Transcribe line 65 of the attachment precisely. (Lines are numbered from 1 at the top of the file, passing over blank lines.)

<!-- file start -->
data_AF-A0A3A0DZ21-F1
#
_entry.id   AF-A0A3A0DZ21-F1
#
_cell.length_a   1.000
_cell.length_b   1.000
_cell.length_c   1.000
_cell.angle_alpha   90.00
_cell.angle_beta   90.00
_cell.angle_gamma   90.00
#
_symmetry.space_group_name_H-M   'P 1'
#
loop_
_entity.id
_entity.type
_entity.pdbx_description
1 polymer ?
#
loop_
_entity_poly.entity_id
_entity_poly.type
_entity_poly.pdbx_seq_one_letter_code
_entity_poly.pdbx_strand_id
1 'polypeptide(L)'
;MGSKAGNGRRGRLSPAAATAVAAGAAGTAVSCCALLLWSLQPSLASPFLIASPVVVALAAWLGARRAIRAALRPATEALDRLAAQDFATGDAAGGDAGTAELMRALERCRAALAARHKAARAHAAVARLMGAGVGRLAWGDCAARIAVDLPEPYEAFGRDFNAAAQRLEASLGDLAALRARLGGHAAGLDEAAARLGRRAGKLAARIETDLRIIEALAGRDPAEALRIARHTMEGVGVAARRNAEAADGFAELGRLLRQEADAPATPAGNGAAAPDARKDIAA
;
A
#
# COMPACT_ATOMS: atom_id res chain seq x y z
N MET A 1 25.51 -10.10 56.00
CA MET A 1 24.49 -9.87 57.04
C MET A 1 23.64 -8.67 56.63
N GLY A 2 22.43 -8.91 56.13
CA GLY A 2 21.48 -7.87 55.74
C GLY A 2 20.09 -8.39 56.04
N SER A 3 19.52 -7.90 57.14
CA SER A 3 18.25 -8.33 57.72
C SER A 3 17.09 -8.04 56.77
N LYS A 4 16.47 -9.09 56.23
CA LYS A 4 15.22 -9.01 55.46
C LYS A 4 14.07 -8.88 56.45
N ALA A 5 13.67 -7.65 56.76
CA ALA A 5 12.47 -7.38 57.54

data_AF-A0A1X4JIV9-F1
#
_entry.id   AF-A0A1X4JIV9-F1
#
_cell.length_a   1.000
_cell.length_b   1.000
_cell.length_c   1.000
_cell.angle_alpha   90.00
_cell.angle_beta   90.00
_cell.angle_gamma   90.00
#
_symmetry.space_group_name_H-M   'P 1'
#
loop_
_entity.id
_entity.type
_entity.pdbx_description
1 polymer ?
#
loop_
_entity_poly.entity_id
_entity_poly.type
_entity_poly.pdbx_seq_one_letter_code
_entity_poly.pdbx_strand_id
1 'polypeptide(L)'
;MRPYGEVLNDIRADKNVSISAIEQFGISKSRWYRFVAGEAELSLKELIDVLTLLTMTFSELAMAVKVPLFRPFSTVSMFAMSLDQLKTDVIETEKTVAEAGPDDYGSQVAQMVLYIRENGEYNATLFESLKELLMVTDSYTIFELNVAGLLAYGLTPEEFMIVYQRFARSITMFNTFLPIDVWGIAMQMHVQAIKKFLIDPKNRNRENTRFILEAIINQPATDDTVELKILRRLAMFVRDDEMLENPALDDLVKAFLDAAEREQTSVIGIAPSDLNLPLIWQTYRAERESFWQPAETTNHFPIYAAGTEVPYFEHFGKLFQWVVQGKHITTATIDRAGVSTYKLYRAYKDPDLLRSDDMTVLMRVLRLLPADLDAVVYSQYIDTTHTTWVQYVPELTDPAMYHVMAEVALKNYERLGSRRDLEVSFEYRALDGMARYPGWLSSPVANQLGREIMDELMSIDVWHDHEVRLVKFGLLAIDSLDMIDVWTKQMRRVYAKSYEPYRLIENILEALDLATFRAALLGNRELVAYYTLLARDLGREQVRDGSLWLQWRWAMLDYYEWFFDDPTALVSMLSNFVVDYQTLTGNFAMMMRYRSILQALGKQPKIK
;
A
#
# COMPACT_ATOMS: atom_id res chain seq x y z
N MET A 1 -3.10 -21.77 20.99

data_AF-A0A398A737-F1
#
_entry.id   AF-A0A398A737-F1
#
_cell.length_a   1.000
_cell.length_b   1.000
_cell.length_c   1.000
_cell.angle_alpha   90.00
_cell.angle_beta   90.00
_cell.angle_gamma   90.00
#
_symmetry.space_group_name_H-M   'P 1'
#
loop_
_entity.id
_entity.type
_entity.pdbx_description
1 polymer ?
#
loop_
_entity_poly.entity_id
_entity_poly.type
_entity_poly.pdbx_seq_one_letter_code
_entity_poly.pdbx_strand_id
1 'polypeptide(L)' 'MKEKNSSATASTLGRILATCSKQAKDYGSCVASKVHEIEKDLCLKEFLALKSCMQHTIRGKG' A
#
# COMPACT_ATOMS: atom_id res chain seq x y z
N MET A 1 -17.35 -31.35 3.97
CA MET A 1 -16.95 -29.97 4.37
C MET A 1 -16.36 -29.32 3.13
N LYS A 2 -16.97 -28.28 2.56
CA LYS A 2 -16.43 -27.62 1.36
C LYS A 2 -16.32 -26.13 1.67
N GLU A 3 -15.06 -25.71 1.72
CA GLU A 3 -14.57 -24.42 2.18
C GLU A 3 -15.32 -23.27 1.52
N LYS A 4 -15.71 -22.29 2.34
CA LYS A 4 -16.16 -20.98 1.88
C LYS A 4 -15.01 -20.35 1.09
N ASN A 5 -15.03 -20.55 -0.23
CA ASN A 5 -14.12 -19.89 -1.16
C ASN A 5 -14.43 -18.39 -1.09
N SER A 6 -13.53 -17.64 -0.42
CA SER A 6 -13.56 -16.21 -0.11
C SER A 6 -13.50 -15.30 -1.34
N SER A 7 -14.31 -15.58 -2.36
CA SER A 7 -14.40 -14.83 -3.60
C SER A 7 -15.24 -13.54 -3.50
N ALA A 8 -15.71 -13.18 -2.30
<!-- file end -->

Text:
_entity_poly.entity_id